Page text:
The Boston Globe’s child development blogger, Dr. Claudia M. Gold, argues that the new statement should be seen as a call to respect–both with time and wages–the work of primary care physicians, particularly pediatricians, as they can be the first line of defense in identifying and easing toxic stress:
As a culture we need to value the primary care clinician, not only in the form of payment equal to the more lucrative subspecialties, but in the form of recognizing the role of relationships in healing. It makes sense that if we are recognizing the importance of family relationships in preventing poor health outcomes, that we should recognize the importance of doctor-patient relationships in supporting these families.
When primary care clinicians take time to carefully listen to stressed parents, parents feel supported in their efforts to carefully listen to their children, thus promoting healthy development. In turn, our culture needs to support and value primary care clinicians ( and its not only pediatricians, the subject of this policy statement, but all those entrusted with primary care of children.)
Image: Upset child, via Shutterstock.
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Monday, December 12th, 2011
Few parents of overweight children–fewer than one in four–say that their pediatricians have raised concerns over their kids’ weight, according to a new study published in the journal Archives of Pediatrics & Adolescent Medicine.
But researchers are unsure as to whether doctors are truly not raising the issues, or whether the parents are unable or unwilling to process what they’re being told. MSNBC.com reports:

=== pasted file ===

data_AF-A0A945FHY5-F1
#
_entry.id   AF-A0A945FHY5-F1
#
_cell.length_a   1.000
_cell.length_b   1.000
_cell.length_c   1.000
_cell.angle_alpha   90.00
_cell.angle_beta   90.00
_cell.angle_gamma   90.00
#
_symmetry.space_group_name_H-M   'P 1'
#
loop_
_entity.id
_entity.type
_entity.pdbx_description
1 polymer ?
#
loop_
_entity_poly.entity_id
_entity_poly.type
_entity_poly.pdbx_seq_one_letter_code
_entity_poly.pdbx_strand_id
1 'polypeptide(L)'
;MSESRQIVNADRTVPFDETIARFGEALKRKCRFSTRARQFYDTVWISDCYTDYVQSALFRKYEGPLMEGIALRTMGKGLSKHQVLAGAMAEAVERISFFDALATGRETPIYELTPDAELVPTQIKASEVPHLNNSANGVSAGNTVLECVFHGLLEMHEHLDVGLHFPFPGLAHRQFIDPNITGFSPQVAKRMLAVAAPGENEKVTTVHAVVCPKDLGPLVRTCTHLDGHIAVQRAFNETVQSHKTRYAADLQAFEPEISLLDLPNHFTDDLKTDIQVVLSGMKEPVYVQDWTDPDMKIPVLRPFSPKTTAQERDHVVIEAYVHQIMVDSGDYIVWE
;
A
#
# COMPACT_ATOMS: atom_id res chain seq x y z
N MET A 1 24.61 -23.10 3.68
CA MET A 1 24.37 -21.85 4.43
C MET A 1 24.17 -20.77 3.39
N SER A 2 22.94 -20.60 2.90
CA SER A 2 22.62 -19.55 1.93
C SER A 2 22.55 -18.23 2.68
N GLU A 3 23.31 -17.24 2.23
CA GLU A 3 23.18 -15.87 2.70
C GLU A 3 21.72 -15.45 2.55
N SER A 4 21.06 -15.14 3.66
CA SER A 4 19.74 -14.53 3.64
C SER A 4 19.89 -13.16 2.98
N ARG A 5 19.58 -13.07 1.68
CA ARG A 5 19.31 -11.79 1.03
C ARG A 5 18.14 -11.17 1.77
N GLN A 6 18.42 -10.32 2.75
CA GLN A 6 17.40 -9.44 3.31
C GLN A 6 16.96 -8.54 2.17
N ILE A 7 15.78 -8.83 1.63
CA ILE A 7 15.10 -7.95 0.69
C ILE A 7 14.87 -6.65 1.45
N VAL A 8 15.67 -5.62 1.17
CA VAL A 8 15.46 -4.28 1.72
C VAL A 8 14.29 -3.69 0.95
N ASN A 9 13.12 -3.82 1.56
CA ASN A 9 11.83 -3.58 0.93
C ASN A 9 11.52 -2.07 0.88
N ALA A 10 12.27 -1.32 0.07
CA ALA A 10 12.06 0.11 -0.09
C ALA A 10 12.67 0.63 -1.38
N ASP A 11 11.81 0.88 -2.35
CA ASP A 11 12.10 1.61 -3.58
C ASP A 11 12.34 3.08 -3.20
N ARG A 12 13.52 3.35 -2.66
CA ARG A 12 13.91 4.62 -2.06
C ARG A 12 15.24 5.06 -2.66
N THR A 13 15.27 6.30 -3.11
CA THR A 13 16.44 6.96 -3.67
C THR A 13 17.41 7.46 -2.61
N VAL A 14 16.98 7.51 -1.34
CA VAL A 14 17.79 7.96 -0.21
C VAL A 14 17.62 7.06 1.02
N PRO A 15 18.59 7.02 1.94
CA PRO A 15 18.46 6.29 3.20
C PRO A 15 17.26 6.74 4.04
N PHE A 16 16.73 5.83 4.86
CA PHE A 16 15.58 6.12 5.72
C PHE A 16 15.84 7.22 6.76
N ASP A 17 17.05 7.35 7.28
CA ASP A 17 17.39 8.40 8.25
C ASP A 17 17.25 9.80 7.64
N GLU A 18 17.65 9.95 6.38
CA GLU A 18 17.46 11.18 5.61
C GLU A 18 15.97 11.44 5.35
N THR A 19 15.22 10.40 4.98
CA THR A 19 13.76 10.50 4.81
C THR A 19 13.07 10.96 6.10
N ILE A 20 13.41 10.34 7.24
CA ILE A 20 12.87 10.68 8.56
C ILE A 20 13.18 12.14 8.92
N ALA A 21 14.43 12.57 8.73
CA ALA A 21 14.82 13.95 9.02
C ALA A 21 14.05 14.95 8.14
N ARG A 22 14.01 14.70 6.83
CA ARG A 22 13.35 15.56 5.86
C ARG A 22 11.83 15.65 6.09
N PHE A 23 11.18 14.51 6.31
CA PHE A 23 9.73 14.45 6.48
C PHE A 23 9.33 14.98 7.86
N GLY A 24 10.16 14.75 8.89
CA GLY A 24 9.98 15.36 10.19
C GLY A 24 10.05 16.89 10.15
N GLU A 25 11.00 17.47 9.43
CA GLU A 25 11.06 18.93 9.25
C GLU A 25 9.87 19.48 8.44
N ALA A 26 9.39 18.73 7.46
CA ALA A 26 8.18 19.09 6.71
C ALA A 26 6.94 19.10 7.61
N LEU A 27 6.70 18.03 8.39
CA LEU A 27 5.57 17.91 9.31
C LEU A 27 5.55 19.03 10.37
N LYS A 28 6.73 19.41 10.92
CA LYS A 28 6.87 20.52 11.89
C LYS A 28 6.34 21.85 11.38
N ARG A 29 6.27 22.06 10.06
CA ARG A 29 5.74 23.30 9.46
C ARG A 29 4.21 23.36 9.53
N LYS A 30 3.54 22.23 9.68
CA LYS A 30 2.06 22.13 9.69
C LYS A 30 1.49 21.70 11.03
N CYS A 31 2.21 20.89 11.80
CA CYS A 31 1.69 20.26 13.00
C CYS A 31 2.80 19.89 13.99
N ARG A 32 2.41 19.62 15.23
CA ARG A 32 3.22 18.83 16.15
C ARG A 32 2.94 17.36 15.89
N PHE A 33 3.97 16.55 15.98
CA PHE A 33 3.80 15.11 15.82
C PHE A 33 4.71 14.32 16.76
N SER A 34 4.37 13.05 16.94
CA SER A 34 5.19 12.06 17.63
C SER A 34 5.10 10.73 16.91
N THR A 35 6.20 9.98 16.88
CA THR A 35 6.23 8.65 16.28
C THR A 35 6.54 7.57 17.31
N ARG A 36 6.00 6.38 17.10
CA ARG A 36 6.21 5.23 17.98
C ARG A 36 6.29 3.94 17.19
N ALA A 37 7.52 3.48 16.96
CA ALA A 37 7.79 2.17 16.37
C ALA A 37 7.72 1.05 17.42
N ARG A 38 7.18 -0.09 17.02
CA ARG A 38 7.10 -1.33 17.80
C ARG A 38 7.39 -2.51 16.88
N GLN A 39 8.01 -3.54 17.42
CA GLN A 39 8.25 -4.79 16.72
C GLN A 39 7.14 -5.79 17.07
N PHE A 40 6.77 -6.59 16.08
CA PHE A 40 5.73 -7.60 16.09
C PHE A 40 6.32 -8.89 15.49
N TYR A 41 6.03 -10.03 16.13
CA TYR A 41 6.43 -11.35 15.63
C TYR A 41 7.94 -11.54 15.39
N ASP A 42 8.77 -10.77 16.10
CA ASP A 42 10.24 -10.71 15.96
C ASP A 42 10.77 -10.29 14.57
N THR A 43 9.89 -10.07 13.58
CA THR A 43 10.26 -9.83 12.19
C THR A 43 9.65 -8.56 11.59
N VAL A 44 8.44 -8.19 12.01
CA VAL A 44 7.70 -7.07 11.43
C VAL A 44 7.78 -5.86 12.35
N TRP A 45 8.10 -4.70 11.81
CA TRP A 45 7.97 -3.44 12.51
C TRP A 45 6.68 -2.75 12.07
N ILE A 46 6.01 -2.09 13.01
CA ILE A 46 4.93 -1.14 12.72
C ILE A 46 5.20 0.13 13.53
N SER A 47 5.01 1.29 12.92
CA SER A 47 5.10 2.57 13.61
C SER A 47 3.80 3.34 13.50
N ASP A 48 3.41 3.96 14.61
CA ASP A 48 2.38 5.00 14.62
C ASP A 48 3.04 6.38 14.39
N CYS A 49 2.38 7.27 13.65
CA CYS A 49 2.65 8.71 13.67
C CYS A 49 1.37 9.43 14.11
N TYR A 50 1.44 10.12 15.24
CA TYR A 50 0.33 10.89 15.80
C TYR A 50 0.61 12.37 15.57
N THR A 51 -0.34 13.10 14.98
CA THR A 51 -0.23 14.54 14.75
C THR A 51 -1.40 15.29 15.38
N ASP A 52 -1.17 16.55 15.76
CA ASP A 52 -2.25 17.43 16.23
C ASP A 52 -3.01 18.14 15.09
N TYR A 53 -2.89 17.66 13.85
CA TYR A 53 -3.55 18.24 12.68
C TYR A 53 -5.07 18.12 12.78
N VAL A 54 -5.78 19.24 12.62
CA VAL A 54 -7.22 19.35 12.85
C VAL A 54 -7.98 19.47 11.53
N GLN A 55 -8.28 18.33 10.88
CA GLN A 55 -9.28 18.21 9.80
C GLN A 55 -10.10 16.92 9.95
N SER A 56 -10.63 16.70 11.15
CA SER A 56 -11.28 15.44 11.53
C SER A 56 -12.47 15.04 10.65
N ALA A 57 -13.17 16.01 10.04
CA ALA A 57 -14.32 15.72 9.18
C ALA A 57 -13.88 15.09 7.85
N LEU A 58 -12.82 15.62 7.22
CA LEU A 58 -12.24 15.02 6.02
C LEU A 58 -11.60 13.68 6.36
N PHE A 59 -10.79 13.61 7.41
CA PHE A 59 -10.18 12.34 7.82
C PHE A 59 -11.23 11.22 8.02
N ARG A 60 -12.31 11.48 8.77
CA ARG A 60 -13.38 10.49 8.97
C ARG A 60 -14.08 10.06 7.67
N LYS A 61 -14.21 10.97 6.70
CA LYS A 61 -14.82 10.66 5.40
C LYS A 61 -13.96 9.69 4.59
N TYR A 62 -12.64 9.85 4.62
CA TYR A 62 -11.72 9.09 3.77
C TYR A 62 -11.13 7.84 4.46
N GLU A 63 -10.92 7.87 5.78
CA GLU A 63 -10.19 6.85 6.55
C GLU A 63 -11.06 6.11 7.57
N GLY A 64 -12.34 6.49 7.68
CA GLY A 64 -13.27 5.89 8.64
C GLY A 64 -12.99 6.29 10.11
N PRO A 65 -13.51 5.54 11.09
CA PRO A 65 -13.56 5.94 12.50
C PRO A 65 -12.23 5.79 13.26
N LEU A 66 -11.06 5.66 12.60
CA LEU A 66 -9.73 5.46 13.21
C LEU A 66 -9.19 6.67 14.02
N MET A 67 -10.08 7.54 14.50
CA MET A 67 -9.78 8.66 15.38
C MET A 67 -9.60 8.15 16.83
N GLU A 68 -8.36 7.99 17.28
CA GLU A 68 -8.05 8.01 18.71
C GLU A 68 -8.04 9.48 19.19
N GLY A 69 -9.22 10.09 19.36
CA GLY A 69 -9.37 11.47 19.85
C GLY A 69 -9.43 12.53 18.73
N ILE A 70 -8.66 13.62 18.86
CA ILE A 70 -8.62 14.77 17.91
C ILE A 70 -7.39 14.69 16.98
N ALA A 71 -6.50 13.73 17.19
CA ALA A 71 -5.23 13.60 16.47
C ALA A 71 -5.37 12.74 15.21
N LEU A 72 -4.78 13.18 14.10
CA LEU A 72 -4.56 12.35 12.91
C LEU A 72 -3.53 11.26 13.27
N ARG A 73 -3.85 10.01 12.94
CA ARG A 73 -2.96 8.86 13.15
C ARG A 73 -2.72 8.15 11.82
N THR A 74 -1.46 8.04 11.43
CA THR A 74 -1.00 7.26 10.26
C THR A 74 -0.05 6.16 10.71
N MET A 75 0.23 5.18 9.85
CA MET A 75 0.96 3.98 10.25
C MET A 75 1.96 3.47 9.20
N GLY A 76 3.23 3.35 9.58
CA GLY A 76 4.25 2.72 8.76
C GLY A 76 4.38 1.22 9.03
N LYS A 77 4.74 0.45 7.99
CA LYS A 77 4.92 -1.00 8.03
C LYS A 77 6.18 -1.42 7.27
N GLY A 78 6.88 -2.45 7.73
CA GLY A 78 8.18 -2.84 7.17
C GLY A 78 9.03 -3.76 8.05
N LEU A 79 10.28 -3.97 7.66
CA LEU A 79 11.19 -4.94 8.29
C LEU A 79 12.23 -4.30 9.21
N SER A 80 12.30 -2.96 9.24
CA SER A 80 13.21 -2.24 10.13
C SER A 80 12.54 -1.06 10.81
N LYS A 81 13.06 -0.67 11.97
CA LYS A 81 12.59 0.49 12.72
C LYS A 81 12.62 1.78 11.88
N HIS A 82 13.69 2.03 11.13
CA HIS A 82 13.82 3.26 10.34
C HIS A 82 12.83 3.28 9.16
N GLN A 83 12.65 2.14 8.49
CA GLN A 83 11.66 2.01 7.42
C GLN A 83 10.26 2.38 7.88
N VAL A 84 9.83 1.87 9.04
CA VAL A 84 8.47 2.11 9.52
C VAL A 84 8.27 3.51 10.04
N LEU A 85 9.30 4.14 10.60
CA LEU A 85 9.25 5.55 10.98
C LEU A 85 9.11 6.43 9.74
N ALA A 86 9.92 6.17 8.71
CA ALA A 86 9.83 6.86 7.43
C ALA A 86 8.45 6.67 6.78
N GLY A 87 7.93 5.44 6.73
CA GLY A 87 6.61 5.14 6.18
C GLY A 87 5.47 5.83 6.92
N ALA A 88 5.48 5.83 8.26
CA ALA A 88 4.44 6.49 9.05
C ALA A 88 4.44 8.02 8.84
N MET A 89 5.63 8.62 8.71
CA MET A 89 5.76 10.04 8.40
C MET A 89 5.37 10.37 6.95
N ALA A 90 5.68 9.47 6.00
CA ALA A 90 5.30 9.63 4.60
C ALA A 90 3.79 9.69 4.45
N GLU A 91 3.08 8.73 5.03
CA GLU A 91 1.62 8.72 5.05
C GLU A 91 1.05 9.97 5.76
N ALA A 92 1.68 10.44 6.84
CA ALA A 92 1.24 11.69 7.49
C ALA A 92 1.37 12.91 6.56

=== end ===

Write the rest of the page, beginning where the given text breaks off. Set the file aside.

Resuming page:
“It’s tricky to say, and it’s tricky to hear,” says lead researcher Dr. Eliana Perrin of the University of North Carolina. She analyzed government health surveys that included nearly 5,000 parents of overweight children from 1999 to 2008.
Parents tend not to realize when a weight problem is creeping up on their children. When almost a third of U.S. children are at least overweight, and about 17 percent are obese, it’s harder to notice that there’s anything unusual about their own families. Plus, children change as they grow older.
The new study suggests when parents do recall a doctor noting the problem, it’s been going on for a while.
About 30 percent of the parents of overweight 12- to 15-year-olds said a doctor had alerted them, compared with just 12 percent of the parents of overweight preschoolers. Even among the parents of very obese children, only 58 percent recalled a doctor discussing it, says the report published Monday by the journal Archives of Pediatrics & Adolescent Medicine.
“Many pediatricians don’t worry until children are very overweight, or until they’re much older,” says Perrin, whose team has created stoplight-colored growth charts to help doctors explain when a problem’s brewing. “If we can notice a concerning trend early, we’re more likely to be able to do something about it.”
Image: Overweight boy, via Shutterstock.
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Monday, October 3rd, 2011